4) How Dare The Author Makes Money

Game of Thrones:

There is a lot being criticized in this review, but I want to focus on the sentiment that an author should be able to tell a story in “1,776 pages” and nothing more. Otherwise, you’re a greedy writer. This reader cannot believe the galls of a writer trying to make a living with his craft and doesn’t realize that George RR Martin had in fact written many standalone novels. This is an attack on the author’s merits, but knowing that George RR Martin spends up to a decade working on a novel in this saga, the sensible person knows that it was never about selling more books. When you put a piece of work out there, people will begin to question your intentions and come to their own conclusions about you. The moment you try to sell your work, some will consider you no longer an artist who performs a craft for the good of society, but rather as a sneaky capitalist out for their money. In comes this hero to warn the unassuming public of what is happening. There is more to say about this review, but I’ll leave it at that for now. 

5) I Like It, But I Hate It

Of Mice and Men:

Okay, so I’ve been on the fence about giving a service or product a five star or a four-star review, but I’ve never debated whether to give a one or a five star. That’s what the range of five stars are for. In this review, the critic claims to have found the story well-written and praised its honesty. The only reason the book got one-star was that it made the reader depressed. In this reader’s opinion: if a book makes one sad, then it is not a good book. This reader does not understand the range of star ratings or the range of human emotions and how sadness is reasonable, in fact, an important emotion to feel. Additionally, the reader does not want to view the world unless it is through diamond-studded 3D glasses. It’s worrisome to know that many are like this reader and will opt for entertainment that keeps them in their comfort zone.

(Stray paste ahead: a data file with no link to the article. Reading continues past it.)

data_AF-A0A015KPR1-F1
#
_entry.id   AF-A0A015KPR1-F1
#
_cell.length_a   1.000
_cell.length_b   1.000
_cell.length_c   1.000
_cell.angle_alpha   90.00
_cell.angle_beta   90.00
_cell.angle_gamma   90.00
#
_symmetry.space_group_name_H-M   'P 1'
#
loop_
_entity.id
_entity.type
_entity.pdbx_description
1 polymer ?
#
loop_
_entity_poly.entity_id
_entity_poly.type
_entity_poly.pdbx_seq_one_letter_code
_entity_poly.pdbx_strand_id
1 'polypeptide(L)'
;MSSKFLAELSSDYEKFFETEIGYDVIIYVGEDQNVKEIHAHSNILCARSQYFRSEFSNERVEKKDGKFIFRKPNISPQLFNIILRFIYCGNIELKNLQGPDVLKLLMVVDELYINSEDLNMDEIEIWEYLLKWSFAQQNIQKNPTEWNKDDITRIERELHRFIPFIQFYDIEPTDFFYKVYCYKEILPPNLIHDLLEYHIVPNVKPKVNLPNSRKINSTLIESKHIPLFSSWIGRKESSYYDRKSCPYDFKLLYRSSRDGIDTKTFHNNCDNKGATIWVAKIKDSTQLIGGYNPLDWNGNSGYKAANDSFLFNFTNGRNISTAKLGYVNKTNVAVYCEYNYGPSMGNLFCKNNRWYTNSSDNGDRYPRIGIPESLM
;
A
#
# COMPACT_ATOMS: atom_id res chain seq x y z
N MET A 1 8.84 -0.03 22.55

No matter how polished your writing is, regardless of what topic it is about, or how long or short it is… someone will have an issue with it. Of course, everyone has a right to give their opinion, however, we should understand where opinions stem from. Most of the time, it’s not even about your work, they simply have this little darkness in them that they need to share — and they’re using your work as the vessel… which is important. 

You’re doing important work. 

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Why Writers Should Make Videos

This is my YouTube channel. I make videos about writing, about authors, screenwriters, and filmmakers — you know, creative stuff. Why? Why would I do that when my ultimate goal is to write stories? Shouldn’t I focus on writing stories?